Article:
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Boosting wind and solar power

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In a lab at Portland State University, graduate student Andrew Glick sets up 40 tiny models of solar panels in a 16-foot-long wind tunnel to simulate a large solar farm.

As air blows through the panels at various speeds and angles, it cools them and helps them produce more power.

The goal: To make solar energy more efficient and less costly — using only the wind.

The research is funded with a $1.2 million grant over four years from the U.S. Department of Energy in collaboration with University of Utah and the National Renewable Energy Laboratory. It’s one of several projects in PSU’s Wind Energy and Turbulence Lab.

Prof. Raúl Bayoán Cal, a mechanical engineering professor, started the lab and built the wind tunnel when he came to Portland State in 2009. Since then, he has become a leader in studying wind power.

Other projects in his lab include working with Portland General Electric to increase the productivity of the Biglow Wind Farm and improving weather forecasting by studying forests with a grant from the National Science Foundation.

Using natural wind currents to improve solar power is a new twist to his research.

“It's a totally different way of thinking about the problem,” Cal says. “This has never been done before, and we are super proud of that.”

In the past, solar research has focused on making better and cheaper photovoltaic cells and panels. They are usually designed for optimum temperatures and conditions. But in the field, they can become much hotter and less efficient.

The lab is testing whether the solar farms can produce more power if they take better advantage of the wind as a natural cooling system. Cal and his partners have published an article about the research in the journal Nature.

“Our hope is that we can give some advice to the solar industry on the best way to lay out their farms,” Glick says. “There’s a lot of opportunity to increase the cooling in different panel arrangements.”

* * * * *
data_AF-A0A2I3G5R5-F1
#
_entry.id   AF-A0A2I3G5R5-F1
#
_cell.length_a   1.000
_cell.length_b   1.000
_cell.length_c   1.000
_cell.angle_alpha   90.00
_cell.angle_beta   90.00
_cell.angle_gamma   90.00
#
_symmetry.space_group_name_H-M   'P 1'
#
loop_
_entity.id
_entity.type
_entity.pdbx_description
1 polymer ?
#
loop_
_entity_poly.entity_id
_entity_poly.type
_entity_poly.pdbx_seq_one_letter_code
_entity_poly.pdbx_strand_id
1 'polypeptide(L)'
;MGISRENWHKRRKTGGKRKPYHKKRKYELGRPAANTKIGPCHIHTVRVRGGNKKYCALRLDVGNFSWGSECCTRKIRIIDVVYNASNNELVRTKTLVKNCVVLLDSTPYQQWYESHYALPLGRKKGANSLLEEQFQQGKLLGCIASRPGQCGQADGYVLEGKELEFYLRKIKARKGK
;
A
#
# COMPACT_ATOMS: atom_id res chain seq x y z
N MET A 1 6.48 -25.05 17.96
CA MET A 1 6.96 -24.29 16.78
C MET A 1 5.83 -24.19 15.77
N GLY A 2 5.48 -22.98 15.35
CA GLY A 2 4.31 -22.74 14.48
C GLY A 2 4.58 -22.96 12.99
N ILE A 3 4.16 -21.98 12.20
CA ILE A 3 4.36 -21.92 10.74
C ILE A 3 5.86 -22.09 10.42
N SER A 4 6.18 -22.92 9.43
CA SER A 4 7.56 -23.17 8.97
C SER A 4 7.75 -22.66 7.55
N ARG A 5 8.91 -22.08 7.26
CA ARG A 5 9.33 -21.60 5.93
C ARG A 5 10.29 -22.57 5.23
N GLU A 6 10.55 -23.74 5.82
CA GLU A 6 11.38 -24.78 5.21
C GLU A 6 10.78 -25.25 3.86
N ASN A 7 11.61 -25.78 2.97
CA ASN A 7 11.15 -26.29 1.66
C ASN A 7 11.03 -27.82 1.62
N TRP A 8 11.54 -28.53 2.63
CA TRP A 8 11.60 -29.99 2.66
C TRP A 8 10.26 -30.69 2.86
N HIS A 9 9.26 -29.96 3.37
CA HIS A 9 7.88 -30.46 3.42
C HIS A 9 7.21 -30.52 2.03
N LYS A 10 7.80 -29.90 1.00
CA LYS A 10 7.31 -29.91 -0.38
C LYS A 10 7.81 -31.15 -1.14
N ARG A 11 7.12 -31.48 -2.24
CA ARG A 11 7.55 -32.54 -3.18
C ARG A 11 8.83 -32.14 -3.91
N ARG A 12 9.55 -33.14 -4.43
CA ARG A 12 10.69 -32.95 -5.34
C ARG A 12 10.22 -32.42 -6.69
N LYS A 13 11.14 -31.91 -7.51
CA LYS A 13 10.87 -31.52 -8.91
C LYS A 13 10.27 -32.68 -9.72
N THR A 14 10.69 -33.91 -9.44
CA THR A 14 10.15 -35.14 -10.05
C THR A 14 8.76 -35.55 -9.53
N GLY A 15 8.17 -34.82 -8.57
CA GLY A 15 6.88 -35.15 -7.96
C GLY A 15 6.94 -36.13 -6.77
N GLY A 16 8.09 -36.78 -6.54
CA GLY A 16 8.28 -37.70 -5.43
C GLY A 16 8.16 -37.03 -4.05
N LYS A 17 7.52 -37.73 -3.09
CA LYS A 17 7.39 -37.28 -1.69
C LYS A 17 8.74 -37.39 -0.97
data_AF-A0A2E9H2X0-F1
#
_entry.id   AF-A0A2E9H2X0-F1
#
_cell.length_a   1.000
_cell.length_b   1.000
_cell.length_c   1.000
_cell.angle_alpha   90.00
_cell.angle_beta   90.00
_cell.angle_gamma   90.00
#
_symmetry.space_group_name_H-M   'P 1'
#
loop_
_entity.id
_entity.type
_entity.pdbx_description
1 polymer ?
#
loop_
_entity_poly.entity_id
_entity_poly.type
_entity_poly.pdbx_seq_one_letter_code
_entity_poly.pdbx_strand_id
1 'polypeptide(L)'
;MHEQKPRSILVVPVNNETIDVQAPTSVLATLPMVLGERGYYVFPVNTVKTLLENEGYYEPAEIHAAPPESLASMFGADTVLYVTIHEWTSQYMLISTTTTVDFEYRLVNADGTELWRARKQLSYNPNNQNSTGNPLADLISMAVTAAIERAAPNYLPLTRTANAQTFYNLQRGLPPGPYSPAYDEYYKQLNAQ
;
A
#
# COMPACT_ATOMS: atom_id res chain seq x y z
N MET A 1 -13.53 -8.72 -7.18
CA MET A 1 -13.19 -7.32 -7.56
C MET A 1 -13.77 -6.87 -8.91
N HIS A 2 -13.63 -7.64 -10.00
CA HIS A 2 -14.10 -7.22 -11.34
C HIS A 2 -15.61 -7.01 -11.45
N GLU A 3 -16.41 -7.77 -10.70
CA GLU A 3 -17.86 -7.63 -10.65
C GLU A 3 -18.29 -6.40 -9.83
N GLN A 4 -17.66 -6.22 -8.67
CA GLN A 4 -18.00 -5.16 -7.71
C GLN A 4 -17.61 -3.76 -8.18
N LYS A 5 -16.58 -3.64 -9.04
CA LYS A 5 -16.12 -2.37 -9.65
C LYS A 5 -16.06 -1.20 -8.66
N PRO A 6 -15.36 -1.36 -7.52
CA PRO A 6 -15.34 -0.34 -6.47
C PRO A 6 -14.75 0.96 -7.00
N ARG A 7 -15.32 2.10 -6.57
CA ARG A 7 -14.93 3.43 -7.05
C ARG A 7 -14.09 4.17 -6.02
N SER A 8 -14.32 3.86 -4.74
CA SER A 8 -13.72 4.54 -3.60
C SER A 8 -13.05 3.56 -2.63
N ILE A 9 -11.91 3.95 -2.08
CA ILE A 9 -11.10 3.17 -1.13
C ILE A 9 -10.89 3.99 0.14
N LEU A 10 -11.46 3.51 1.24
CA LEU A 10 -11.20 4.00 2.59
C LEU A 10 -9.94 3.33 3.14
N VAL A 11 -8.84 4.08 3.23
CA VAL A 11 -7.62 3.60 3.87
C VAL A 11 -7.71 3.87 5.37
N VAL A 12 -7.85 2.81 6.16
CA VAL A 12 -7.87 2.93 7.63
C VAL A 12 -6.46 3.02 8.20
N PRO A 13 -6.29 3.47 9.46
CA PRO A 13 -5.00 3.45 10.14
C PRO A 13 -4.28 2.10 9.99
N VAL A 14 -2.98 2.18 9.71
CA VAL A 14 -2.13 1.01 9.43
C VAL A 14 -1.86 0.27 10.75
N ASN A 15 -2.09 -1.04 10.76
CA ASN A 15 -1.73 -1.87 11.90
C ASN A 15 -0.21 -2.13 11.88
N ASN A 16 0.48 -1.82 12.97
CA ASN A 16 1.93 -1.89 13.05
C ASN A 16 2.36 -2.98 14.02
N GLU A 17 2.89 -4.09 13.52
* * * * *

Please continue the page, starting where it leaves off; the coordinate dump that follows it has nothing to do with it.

Sarah Smith started working in the lab two years ago as a transfer student from Arizona. She graduated with a bachelor’s degree in mechanical engineering in June and joined the master’s program this fall.

Before coming to PSU, she spent two years as a flight attendant and became fascinated with how planes fly.

Learning about wind and fluid dynamics was like “finding out a secret,” she says.

“I knew I wanted to know how things work. It wasn’t until PSU that I learned that fluid mechanics and turbulence are integral parts of mechanical engineering that we can’t see. It’s so much more than gear design.”

She enjoys using that knowledge to make renewable energy sources more efficient.

“It would be great if we could figure out a perfect combination to get energy in sustainable ways, where were don't have to worry about it running out or the environmental impacts of using it,” she says. “I think it’s really important to keep looking for that.”

Cal agrees: “The more resources that we put in green or alternative means of generating energy, the less you’re depending on fossil fuels and contributing to climate change.”

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